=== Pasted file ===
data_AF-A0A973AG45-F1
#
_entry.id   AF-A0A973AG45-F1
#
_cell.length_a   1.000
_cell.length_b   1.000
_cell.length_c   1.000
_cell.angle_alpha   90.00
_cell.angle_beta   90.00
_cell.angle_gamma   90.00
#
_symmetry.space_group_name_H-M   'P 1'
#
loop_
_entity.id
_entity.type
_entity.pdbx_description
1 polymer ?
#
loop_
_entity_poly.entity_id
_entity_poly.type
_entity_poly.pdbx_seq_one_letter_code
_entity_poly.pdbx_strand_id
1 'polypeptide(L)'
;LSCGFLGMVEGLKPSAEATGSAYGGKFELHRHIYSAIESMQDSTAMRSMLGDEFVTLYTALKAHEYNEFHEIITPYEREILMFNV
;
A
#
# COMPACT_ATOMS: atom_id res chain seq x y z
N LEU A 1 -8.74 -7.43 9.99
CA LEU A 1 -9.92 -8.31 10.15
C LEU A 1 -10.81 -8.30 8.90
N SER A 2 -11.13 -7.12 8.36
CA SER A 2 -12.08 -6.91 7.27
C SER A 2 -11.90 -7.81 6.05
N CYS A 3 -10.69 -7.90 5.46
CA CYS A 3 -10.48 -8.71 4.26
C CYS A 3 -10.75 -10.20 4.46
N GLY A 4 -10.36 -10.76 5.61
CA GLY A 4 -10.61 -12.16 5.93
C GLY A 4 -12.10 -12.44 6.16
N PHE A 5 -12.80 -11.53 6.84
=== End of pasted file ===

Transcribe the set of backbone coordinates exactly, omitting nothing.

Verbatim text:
data_AF-A0A973AG45-F1
#
_entry.id   AF-A0A973AG45-F1
#
_cell.length_a   1.000
_cell.length_b   1.000
_cell.length_c   1.000
_cell.angle_alpha   90.00
_cell.angle_beta   90.00
_cell.angle_gamma   90.00
#
_symmetry.space_group_name_H-M   'P 1'
#
loop_
_entity.id
_entity.type
_entity.pdbx_description
1 polymer ?
#
loop_
_entity_poly.entity_id
_entity_poly.type
_entity_poly.pdbx_seq_one_letter_code
_entity_poly.pdbx_strand_id
1 'polypeptide(L)'
;LSCGFLGMVEGLKPSAEATGSAYGGKFELHRHIYSAIESMQDSTAMRSMLGDEFVTLYTALKAHEYNEFHEIITPYEREILMFNV
;
A
#
# COMPACT_ATOMS: atom_id res chain seq x y z
N LEU A 1 -8.74 -7.43 9.99
CA LEU A 1 -9.92 -8.31 10.15
C LEU A 1 -10.81 -8.30 8.90
N SER A 2 -11.13 -7.12 8.36
CA SER A 2 -12.08 -6.91 7.27
C SER A 2 -11.90 -7.81 6.05
N CYS A 3 -10.69 -7.90 5.46
CA CYS A 3 -10.48 -8.71 4.26
C CYS A 3 -10.75 -10.20 4.46
N GLY A 4 -10.36 -10.76 5.61
CA GLY A 4 -10.61 -12.16 5.93
C GLY A 4 -12.10 -12.44 6.16
N PHE A 5 -12.80 -11.53 6.84